I admit: in our household, when it comes to homework I have always been the go-to parent. It’s just the way it happened once the kids started school. With the confidence – and a touch of arrogance – of one who has been to college, I had no shame in amazing my children that I could do math. In my head! I could whip off the 9's times table and the 5’s with nary a blink or hesitation. Oh, I was just that smart (to them).
And then came the day they stumped me. I want to tell you that it was a calculus problem that had me struggling, but I can’t. It was, in fact, a fourth grade word problem, which I am pretty sure are the tools of the devil to weed out the evil from the rest of us who don’t think in word problems because we don’t care how many apples Johnny has or if he shares a percentage of them with his class. I stared at this problem. I called my friends who had kids in this class. I even Googled the problem. It was unsolvable.
Try telling that to my son who stared at me with horror that suddenly I was not the all-knowing mother. I could not do this math problem. This fourth grade math problem. In order to save face, I wrote a note on the math worksheet that was something along the lines of “Are you kidding me? Why? Why would you do this?” Maybe it was just a question mark alone, but my point was made.
As it turns out, there actually was a typo that did make the problem unsolvable. Try telling that to my son. Suddenly, no matter how much I pointed out that no one – including his teacher or his father – could solve this problem, he still saw Mom as less than brilliant.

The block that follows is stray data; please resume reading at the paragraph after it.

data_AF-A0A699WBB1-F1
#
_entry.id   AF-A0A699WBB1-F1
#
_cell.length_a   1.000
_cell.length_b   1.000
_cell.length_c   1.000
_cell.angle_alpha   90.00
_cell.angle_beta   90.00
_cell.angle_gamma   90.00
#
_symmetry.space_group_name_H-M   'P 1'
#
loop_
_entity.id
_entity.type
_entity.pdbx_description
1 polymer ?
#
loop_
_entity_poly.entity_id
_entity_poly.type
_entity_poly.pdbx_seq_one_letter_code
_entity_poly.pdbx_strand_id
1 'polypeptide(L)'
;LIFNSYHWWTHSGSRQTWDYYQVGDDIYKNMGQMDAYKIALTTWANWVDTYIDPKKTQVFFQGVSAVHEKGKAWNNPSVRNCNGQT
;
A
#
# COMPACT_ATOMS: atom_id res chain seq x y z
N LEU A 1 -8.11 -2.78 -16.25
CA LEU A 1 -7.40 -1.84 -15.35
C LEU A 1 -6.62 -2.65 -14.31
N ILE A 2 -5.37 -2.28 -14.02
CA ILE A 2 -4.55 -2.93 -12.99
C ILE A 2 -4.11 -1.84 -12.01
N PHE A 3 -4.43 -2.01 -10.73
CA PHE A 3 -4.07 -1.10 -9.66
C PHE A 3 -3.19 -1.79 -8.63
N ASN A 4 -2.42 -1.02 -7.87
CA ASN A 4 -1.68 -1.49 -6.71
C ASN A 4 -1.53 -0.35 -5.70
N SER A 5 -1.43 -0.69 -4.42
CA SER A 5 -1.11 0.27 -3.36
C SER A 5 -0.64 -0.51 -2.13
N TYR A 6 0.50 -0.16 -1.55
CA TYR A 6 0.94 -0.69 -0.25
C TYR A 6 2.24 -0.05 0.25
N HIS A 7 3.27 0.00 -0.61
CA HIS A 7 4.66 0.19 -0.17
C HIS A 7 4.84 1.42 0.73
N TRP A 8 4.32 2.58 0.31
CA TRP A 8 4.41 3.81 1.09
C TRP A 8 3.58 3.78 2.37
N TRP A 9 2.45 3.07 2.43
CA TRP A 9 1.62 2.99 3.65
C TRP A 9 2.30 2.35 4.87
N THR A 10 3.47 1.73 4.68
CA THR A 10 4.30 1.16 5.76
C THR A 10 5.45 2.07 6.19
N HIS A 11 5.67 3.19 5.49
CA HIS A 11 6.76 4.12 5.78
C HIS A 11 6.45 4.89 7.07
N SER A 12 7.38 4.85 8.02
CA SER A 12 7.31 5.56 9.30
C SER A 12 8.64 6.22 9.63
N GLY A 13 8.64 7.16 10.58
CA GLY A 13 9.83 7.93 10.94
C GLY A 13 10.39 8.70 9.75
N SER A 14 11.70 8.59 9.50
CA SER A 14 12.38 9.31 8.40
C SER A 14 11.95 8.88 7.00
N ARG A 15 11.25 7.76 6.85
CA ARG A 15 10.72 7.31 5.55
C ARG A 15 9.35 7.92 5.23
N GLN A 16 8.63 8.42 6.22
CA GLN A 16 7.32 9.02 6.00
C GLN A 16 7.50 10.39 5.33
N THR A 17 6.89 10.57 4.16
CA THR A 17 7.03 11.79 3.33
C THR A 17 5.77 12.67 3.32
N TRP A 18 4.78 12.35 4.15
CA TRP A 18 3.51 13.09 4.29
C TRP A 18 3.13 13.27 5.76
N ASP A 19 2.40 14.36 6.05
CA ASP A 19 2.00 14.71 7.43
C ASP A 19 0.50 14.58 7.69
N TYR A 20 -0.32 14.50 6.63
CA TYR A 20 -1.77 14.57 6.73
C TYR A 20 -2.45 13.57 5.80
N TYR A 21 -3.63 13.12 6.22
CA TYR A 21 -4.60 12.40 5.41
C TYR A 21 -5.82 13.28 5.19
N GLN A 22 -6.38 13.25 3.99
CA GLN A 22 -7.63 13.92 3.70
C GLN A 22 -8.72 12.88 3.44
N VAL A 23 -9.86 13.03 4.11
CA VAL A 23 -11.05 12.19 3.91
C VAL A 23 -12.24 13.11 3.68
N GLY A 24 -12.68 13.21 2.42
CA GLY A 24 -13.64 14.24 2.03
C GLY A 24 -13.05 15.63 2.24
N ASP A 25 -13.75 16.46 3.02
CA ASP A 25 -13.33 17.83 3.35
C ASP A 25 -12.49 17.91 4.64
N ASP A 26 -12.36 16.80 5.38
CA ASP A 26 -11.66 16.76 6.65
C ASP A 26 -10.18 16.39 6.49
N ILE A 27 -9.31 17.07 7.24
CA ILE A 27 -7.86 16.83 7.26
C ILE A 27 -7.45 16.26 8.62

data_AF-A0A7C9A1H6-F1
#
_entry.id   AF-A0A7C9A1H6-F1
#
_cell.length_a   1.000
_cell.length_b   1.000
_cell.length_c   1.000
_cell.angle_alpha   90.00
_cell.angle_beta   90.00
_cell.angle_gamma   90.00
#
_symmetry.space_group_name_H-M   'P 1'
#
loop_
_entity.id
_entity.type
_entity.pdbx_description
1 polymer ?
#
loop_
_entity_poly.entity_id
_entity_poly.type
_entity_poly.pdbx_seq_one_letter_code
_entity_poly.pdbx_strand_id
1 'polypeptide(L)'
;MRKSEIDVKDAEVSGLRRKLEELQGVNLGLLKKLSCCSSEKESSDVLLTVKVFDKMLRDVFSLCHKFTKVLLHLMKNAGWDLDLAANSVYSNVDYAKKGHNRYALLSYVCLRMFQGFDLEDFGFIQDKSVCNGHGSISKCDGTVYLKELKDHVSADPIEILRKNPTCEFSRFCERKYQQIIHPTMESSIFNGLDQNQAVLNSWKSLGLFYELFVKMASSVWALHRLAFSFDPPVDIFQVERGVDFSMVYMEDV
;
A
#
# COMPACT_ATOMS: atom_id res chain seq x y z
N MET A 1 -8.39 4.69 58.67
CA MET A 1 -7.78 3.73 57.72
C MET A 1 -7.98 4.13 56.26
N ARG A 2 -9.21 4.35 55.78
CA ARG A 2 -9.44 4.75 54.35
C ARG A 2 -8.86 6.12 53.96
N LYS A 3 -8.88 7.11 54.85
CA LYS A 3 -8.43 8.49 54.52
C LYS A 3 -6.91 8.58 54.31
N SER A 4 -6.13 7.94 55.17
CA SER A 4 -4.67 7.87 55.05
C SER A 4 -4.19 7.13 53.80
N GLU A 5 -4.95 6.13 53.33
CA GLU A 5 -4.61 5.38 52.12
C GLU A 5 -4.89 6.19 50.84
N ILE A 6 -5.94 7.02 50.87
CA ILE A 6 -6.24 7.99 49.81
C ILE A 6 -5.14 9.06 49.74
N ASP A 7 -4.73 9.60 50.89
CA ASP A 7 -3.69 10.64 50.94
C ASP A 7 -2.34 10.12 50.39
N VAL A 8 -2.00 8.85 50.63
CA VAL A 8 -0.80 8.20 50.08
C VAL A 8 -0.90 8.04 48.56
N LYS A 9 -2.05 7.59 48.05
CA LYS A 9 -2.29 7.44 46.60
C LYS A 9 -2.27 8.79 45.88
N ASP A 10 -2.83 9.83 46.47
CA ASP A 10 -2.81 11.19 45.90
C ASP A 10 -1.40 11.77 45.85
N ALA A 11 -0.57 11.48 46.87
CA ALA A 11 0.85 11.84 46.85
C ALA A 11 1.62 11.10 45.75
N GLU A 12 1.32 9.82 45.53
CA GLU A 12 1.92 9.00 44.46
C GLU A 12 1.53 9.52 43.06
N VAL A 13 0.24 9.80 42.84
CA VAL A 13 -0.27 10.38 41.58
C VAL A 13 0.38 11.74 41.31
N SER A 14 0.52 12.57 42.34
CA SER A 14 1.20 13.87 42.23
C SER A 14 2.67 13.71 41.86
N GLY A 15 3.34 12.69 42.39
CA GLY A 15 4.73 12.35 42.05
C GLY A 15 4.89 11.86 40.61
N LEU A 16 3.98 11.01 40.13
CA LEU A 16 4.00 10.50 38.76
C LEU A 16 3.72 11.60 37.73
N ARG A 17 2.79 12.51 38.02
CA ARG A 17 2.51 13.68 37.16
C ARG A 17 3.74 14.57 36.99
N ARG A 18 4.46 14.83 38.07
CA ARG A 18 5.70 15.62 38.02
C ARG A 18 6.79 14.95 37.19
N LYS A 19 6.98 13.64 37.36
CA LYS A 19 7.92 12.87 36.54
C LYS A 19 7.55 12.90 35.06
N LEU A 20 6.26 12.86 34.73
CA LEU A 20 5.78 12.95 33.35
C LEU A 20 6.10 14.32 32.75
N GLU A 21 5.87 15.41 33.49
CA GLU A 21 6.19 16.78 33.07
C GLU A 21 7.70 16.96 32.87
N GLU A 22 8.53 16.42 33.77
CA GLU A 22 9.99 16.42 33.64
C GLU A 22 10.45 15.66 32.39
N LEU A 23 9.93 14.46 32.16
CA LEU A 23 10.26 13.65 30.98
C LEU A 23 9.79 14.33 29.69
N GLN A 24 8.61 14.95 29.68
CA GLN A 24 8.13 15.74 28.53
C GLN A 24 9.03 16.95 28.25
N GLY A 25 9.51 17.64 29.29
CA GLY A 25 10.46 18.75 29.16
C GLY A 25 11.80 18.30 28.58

It went downhill from there.
I now have children in high school, junior high school, and elementary school.
My elementary school daughter still gleefully brings me her homework when she works on it and is in awe and thinks I am the smartest person ever when I can fly through her math questions with the ease of, well, an adult. She marvels at my spelling abilities. She thinks the fact I can read her books so well and so quickly must be some form of sorcery or magic. I still “have it” when it comes to helping her. I am the answer queen.
My junior high school son? He might come to me with English questions or with an abstract problem from one of his classes that takes “out of the box” thinking. There have been times that he approached me with an Algebra question only to be met by my confused look, cocking my head to the side in bafflement as I wordlessly point towards his father, both of us wondering what lapse in judgment caused him to come to me in the first place with such a question. Silly boy! I am not the Homework Mom anymore. I went to one of the best colleges in the state and yet when it comes to homework, I am clueless once they hit about 7th grade. Now, I am the “look it up online” or the “wait until your Dad gets home” mom when it comes to most of his homework.
My high school son? Please. The closest I get to his homework is asking if he did it, or listening to his prose for a speech tournament. We both know better than to go through the humiliation and embarrassment of having me stammer through his work only to come up with the same result I have been coming up with for years now:
Go ask your Dad.